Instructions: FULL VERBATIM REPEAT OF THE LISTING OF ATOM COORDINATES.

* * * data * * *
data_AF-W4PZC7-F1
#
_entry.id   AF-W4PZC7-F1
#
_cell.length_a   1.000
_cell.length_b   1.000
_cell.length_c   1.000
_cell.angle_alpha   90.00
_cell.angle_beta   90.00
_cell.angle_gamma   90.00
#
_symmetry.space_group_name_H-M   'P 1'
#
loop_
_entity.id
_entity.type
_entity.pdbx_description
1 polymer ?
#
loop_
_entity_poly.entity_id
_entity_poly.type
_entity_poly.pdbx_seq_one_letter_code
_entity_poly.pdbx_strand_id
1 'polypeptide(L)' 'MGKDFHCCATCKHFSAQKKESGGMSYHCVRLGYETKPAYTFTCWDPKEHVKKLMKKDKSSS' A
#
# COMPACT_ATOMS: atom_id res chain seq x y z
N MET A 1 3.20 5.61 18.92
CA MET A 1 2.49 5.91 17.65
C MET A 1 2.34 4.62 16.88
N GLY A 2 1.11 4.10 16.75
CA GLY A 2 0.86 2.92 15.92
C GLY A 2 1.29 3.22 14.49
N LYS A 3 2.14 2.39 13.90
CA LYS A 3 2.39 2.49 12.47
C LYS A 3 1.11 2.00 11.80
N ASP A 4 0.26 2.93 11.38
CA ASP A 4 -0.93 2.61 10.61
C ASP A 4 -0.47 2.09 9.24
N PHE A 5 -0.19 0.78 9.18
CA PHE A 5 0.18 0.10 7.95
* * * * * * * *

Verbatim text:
data_AF-W4PZC7-F1
#
_entry.id   AF-W4PZC7-F1
#
_cell.length_a   1.000
_cell.length_b   1.000
_cell.length_c   1.000
_cell.angle_alpha   90.00
_cell.angle_beta   90.00
_cell.angle_gamma   90.00
#
_symmetry.space_group_name_H-M   'P 1'
#
loop_
_entity.id
_entity.type
_entity.pdbx_description
1 polymer ?
#
loop_
_entity_poly.entity_id
_entity_poly.type
_entity_poly.pdbx_seq_one_letter_code
_entity_poly.pdbx_strand_id
1 'polypeptide(L)' 'MGKDFHCCATCKHFSAQKKESGGMSYHCVRLGYETKPAYTFTCWDPKEHVKKLMKKDKSSS' A
#
# COMPACT_ATOMS: atom_id res chain seq x y z
N MET A 1 3.20 5.61 18.92
CA MET A 1 2.49 5.91 17.65
C MET A 1 2.34 4.62 16.88
N GLY A 2 1.11 4.10 16.75
CA GLY A 2 0.86 2.92 15.92
C GLY A 2 1.29 3.22 14.49
N LYS A 3 2.14 2.39 13.90
CA LYS A 3 2.39 2.49 12.47
C LYS A 3 1.11 2.00 11.80
N ASP A 4 0.26 2.93 11.38
CA ASP A 4 -0.93 2.61 10.61
C ASP A 4 -0.47 2.09 9.24
N PHE A 5 -0.19 0.78 9.18
CA PHE A 5 0.18 0.10 7.95